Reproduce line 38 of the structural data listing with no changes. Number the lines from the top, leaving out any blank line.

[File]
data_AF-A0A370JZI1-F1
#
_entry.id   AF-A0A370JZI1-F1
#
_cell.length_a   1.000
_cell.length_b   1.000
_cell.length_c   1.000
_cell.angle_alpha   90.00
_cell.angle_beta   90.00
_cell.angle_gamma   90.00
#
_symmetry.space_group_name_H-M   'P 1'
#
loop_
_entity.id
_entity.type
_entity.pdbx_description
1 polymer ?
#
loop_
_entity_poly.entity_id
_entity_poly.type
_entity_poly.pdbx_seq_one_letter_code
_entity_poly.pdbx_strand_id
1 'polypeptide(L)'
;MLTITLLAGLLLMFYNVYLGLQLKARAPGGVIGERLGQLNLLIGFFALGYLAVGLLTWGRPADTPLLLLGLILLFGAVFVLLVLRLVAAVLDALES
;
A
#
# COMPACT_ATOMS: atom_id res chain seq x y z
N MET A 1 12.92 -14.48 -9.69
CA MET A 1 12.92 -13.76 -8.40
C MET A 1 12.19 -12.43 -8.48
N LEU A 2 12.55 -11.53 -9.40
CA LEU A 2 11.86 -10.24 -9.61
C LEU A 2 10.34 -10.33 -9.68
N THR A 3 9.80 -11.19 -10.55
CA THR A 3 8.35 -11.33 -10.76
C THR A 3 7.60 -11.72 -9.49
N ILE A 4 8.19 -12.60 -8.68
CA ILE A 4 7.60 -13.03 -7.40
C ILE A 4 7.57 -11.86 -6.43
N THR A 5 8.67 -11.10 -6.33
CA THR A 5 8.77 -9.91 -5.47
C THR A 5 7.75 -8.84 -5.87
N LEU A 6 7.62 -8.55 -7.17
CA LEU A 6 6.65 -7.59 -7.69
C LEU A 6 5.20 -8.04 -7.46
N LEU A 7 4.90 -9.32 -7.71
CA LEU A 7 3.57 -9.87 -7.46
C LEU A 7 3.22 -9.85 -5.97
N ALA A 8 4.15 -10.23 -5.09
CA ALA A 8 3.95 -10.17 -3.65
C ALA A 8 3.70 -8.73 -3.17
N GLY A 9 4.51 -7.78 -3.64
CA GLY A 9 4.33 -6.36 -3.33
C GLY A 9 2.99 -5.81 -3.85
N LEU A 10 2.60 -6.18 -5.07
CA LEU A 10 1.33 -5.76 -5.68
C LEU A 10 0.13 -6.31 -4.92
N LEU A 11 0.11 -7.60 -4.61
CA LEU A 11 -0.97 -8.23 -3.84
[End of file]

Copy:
CA THR A 3 8.35 -11.33 -10.76